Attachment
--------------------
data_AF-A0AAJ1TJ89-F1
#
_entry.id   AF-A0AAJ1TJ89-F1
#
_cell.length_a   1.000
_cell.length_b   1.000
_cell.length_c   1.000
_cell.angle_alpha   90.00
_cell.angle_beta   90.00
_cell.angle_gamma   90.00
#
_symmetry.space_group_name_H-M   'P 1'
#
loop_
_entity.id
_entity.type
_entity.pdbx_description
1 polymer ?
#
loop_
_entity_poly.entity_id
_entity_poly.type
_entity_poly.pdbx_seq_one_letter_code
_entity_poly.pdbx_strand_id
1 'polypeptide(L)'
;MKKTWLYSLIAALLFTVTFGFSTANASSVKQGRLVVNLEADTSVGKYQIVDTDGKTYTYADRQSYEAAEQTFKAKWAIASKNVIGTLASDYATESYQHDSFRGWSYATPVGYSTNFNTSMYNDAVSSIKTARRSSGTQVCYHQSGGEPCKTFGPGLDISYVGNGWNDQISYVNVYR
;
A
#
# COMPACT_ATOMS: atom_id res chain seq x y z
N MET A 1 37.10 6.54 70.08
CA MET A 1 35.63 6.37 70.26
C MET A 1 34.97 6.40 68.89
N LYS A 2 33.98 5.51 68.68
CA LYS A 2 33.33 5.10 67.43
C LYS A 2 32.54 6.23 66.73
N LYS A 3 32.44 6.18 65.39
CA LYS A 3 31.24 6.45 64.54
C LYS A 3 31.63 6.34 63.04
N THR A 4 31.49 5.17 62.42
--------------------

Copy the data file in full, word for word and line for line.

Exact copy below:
data_AF-A0AAJ1TJ89-F1
#
_entry.id   AF-A0AAJ1TJ89-F1
#
_cell.length_a   1.000
_cell.length_b   1.000
_cell.length_c   1.000
_cell.angle_alpha   90.00
_cell.angle_beta   90.00
_cell.angle_gamma   90.00
#
_symmetry.space_group_name_H-M   'P 1'
#
loop_
_entity.id
_entity.type
_entity.pdbx_description
1 polymer ?
#
loop_
_entity_poly.entity_id
_entity_poly.type
_entity_poly.pdbx_seq_one_letter_code
_entity_poly.pdbx_strand_id
1 'polypeptide(L)'
;MKKTWLYSLIAALLFTVTFGFSTANASSVKQGRLVVNLEADTSVGKYQIVDTDGKTYTYADRQSYEAAEQTFKAKWAIASKNVIGTLASDYATESYQHDSFRGWSYATPVGYSTNFNTSMYNDAVSSIKTARRSSGTQVCYHQSGGEPCKTFGPGLDISYVGNGWNDQISYVNVYR
;
A
#
# COMPACT_ATOMS: atom_id res chain seq x y z
N MET A 1 37.10 6.54 70.08
CA MET A 1 35.63 6.37 70.26
C MET A 1 34.97 6.40 68.89
N LYS A 2 33.98 5.51 68.68
CA LYS A 2 33.33 5.10 67.43
C LYS A 2 32.54 6.23 66.73
N LYS A 3 32.44 6.18 65.39
CA LYS A 3 31.24 6.45 64.54
C LYS A 3 31.63 6.34 63.04
N THR A 4 31.49 5.17 62.42